The Importance of Celebrating the Ethiopian Jewish Holiday of Sigd
Today, there are more than 135,000 Ethiopian Jews living in Israel. The Ethiopian Jewish community, also known as Beta Israel (House of Israel), has been an often-overlooked and misunderstood community within Israel — and many Jews (and non-Jews) living in the Diaspora know very little about the dynamic traditions and history of these Jews. This lack of awareness is slowly changing, arguably due to the exposure of the unique Ethiopian Jewish holiday called Sigd.
In 2008, the Knesset declared Sigd a national holiday in Israel, and over the years, many Israelis have started to embrace and join the celebration of this holiday that for thousands of years was observed exclusively by the Ethiopian Jewish community. In a recent interview with the Eshkolot organization, Deputy Public Security Minister Gadi Yevarkan encouraged all Jews to celebrate Sigd when he said, “The chief rabbis and anyone who deals with the issue of Israeli and historical Jewish identity, should understand that this holiday is a holiday of the people of Israel.”
The name of the holiday is derived from the Hebrew word for prostration, “sigda.” Sigd takes place 50 days after Yom Kippur, which is the 29th of the Jewish month of Cheshvan. The holiday recognizes the Jewish covenant with G-d created by receiving the Torah at Mount Sinai and the Torah’s re-acceptance upon returning to Judah from exile in 538 BCE led by Ezra the Scribe before the construction of the Second Temple in Jerusalem.
The importance of educating people about the rich history of the Ethiopian Jewish community cannot be understated, especially in the context of diversity among Jews and the definite need for greater unity. Naftali Aklum, an Ethiopian Jew, who made aliyah on his mother’s back when he was six months old and was one of the first families to escape Ethiopia via Sudan in 1984, uses his voice and his compelling story to spread the word to educate people about the Ethiopian Jewish community.
During a November 13, 2020 webinar co-sponsored by the Atlanta Israel Coalition and Herut North America, Aklum gave a brief history of the Jews in Ethiopia. The main part of the event was Aklum describing the riveting details about the harrowing journey his family, as well as thousands of other Ethiopian Jews, took by foot to flee a famine-ridden and politically dangerous Ethiopia through Sudan to make aliyah to Israel. Aklum was also a consultant for the 2019 action movie The Red Sea Diving Resort, which recounts how the mission to rescue Ethiopian Jews, known as “Operation Moses” came to be because his older brother, Ferede Yazezow Aklum Z”L, was among the first people to make the journey, and he went back and forth dozens of times risking his life on rescue missions. The film can be found on Netflix.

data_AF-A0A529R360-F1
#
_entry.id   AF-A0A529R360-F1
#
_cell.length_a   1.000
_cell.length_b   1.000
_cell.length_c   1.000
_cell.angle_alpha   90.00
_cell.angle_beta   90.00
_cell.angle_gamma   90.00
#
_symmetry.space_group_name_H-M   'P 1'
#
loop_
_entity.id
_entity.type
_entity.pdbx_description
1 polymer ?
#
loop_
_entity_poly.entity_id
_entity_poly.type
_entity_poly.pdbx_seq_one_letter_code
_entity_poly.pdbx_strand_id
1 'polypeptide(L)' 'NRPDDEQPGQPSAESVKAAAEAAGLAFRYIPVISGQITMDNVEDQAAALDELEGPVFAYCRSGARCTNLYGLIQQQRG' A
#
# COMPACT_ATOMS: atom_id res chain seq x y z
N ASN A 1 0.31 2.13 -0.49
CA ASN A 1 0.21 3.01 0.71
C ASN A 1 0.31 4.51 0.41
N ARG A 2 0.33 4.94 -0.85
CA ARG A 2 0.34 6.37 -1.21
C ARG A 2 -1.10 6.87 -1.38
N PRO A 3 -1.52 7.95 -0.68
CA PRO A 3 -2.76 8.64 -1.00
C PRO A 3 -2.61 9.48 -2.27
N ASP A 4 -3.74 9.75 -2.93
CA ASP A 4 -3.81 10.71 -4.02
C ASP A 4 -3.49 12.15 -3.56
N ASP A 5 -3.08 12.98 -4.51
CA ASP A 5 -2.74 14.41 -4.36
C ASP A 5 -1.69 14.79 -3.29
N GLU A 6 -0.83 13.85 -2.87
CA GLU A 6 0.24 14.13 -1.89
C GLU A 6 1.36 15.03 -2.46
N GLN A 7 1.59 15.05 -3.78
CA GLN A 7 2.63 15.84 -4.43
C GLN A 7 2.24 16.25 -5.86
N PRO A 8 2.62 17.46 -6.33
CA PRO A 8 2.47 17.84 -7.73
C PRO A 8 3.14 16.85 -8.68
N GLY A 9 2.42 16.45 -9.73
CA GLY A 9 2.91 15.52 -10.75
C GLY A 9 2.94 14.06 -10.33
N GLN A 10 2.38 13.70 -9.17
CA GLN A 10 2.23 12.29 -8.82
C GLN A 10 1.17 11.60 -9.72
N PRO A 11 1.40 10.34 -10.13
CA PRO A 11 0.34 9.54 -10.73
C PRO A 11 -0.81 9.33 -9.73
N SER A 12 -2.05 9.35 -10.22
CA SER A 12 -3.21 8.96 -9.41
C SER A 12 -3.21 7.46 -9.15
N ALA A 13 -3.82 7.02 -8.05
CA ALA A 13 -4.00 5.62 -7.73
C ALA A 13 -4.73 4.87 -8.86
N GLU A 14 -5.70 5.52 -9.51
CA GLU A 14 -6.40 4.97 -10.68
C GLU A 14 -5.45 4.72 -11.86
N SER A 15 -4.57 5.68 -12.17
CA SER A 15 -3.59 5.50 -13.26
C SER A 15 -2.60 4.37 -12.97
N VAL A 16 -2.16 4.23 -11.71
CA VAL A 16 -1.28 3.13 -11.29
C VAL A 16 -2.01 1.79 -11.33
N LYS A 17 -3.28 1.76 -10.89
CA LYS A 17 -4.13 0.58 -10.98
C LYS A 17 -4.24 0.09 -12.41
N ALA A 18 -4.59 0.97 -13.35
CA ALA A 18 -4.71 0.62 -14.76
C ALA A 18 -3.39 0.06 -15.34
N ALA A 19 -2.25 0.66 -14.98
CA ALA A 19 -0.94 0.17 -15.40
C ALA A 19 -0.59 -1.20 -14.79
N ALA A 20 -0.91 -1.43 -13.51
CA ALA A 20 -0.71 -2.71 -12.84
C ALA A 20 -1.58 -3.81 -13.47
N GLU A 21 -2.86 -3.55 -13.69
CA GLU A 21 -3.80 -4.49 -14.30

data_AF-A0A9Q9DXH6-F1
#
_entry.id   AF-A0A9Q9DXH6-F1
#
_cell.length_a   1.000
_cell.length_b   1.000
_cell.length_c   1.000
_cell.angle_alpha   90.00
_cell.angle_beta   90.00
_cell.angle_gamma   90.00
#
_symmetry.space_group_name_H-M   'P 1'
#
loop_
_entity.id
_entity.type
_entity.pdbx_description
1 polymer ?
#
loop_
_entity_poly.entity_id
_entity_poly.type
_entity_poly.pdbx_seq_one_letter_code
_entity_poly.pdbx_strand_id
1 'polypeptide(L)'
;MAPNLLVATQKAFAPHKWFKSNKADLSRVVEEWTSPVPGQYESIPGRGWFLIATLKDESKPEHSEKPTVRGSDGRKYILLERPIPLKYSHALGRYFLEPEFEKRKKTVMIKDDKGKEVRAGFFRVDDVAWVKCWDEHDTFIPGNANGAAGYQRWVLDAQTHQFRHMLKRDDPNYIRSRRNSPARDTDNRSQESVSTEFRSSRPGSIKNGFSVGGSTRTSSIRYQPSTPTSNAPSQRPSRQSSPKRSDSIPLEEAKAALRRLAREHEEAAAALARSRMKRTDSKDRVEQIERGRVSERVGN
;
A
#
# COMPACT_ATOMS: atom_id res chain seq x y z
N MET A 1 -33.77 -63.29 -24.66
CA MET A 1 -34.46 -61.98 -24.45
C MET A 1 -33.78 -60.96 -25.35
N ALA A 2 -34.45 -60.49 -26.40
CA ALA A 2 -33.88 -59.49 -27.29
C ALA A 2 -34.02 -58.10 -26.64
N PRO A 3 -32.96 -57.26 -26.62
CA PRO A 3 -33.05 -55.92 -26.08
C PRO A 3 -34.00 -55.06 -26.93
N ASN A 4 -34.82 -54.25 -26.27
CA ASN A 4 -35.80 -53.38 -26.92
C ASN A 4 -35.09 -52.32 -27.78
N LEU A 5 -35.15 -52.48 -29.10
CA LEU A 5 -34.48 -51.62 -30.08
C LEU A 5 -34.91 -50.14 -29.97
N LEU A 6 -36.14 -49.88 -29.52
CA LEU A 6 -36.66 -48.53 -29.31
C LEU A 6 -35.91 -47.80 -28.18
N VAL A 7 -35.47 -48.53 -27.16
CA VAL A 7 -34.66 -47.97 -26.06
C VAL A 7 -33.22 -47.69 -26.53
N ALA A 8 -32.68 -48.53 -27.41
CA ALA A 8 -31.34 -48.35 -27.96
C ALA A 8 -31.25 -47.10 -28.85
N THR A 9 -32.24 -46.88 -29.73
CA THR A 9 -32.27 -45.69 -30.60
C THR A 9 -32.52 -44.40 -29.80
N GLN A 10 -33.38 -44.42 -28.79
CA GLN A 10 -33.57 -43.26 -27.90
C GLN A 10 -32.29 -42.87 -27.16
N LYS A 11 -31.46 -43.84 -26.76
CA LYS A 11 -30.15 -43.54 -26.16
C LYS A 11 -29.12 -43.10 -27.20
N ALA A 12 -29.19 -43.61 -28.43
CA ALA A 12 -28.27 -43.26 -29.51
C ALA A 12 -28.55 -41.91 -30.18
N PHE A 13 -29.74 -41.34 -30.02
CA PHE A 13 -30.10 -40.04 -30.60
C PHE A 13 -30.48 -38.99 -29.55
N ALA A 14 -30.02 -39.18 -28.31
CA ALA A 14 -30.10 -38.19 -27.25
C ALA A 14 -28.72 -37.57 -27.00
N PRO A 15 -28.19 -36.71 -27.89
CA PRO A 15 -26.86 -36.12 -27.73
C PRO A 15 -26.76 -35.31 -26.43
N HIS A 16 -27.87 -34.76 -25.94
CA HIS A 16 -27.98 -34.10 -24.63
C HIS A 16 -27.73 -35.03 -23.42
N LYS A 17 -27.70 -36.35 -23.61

Aklum continued by describing some of the fascinating traditions that the Ethiopian Jews observed during Sigd when they were still living in Ethiopia. They would dress in all-white clothing and follow their spiritual leaders of the community, called kesim, who would carry the Torah as they climbed up to a high mountain and faced Jerusalem to intensely pray and become closer to G-d. This was not a joyous or happy day, but a day of fasting, Torah, and prayers to return “Home to Israel.”
Thousands of years later, once their prayers were answered and they were blessed to live in Israel, they now consider Sigd to be a joyous holiday. Still dressing in all-white clothing and carrying brightly colored umbrellas as the kesim did back in Ethiopia, they now celebrate that G-d brought them home to Zion. Today, Ethiopian Jewish leaders are striving to make Sigd a holiday for all Jews to celebrate, with prayers to bring peace and unity to the Jewish people as they have seen first-hand, that in unity there is strength.
Aklum emphasized that one of the main problems that makes it difficult for unity to grow is that “we don’t know enough about each other.” His mission is to educate people about the story of the Ethiopian Jews as well as to promote pride in Jewish identity. He recounts his experience going back to his village in Ethiopia as an adult, and he said that the experience made him realize who he is.
He says, “I’m Jewish, I’m Israeli, and I’m a black man. When you take all those identities within you and create a strong identity, you know you’re worth something, and then people will look at you the way you see yourself.” Aklum stressed that it is important that everyone take part in spreading his message to their children, to their families, and to friends, because only when we educate people, will we begin to see change and unify as a people.
Atlanta Israel Coalition’s Founding Executive Director, Cheryl Feingold Dorchinsky, said, “Naftali’s presentation was so inspiring because he was passing on a message of pride, of tradition and connecting to people, some who are struggling with their identities. [We are] proud to provide a vehicle to pass on his message because together our voices are louder, our light shines brighter, and we can be a greater force for good within our communities and across the globe.”
Lisa Koenig is the East Coast director of Herut of Herut North America’s US division.